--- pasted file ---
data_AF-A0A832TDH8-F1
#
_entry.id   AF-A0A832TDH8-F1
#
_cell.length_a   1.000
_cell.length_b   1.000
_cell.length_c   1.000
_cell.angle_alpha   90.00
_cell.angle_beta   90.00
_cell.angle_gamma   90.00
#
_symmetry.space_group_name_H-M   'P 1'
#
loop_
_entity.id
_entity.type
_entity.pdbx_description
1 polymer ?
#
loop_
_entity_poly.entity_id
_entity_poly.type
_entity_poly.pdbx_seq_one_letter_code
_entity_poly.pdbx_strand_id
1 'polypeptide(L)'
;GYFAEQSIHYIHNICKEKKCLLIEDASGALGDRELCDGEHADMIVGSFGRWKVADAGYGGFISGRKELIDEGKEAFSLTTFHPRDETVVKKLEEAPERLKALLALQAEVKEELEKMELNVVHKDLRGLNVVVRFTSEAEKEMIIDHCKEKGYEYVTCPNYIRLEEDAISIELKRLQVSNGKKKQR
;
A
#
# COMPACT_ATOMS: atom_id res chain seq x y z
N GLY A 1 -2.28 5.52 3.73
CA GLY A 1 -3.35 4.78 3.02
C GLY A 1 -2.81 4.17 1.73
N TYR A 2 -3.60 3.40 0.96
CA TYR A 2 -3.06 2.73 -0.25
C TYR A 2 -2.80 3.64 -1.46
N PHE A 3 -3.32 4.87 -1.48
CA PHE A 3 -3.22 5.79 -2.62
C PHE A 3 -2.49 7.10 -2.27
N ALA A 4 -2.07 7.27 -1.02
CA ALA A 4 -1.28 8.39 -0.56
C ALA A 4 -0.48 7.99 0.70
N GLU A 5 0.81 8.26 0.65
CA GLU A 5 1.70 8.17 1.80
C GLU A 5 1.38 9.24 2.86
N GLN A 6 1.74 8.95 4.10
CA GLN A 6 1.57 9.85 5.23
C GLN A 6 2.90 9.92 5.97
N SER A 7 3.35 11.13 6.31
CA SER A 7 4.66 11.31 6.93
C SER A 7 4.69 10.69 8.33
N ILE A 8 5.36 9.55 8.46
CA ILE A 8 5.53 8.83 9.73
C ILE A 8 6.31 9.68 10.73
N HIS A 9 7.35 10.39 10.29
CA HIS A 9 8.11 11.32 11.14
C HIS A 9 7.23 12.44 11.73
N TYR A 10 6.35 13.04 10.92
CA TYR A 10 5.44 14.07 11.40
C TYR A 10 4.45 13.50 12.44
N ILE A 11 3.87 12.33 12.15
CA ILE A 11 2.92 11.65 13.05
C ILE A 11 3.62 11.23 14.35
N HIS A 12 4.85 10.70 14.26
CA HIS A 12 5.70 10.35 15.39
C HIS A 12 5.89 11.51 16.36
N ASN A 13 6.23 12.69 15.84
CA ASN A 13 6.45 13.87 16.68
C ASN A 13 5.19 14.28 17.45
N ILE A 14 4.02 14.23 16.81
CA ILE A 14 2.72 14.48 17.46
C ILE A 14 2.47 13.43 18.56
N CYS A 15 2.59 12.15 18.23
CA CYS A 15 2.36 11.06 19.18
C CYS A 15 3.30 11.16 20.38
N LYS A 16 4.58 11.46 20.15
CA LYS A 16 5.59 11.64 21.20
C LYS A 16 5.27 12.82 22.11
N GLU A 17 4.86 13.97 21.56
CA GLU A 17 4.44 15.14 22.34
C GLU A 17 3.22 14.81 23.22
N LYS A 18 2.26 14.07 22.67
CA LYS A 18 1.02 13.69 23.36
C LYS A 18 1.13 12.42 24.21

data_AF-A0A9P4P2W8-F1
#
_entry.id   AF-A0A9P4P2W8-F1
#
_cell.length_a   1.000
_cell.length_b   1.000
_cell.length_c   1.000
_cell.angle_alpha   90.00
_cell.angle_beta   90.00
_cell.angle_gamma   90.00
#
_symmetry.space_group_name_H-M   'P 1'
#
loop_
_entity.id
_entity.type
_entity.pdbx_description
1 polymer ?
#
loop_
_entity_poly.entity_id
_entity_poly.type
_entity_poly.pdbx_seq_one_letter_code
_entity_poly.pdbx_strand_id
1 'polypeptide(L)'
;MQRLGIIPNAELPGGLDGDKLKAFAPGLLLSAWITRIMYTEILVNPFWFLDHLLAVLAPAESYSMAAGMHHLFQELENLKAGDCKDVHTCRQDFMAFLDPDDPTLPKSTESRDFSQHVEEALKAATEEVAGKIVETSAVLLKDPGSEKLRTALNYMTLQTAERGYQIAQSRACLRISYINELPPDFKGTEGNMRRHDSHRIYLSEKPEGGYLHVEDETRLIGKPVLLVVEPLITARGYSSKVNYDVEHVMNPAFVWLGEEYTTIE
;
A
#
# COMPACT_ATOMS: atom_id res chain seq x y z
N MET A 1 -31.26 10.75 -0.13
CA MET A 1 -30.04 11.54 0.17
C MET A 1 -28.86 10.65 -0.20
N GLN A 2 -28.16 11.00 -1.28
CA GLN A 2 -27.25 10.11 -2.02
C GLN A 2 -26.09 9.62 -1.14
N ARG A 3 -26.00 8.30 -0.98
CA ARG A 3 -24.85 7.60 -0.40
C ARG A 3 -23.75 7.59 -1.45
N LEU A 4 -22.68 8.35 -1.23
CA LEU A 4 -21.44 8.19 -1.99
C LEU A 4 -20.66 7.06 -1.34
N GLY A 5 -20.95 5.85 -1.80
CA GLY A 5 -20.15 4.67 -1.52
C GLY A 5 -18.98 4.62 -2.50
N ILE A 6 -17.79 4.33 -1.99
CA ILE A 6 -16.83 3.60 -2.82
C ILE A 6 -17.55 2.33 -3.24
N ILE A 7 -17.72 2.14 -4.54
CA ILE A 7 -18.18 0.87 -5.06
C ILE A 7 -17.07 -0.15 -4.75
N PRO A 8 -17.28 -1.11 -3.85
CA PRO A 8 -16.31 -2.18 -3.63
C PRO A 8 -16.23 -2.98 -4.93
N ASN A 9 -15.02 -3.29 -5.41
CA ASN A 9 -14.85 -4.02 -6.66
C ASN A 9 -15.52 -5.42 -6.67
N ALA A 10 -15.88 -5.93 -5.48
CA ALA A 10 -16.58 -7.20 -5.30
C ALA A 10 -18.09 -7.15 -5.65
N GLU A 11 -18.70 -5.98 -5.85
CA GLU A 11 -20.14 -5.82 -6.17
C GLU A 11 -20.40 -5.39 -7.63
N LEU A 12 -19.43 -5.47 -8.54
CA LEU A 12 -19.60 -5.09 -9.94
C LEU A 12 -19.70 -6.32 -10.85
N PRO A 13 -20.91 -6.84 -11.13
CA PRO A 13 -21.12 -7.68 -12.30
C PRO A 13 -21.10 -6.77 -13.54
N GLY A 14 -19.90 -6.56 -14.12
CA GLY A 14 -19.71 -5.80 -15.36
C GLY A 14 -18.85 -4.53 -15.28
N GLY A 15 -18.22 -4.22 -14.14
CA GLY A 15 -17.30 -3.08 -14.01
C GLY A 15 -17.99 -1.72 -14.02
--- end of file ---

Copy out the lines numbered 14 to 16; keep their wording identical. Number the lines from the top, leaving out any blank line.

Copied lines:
loop_
_entity.id
_entity.type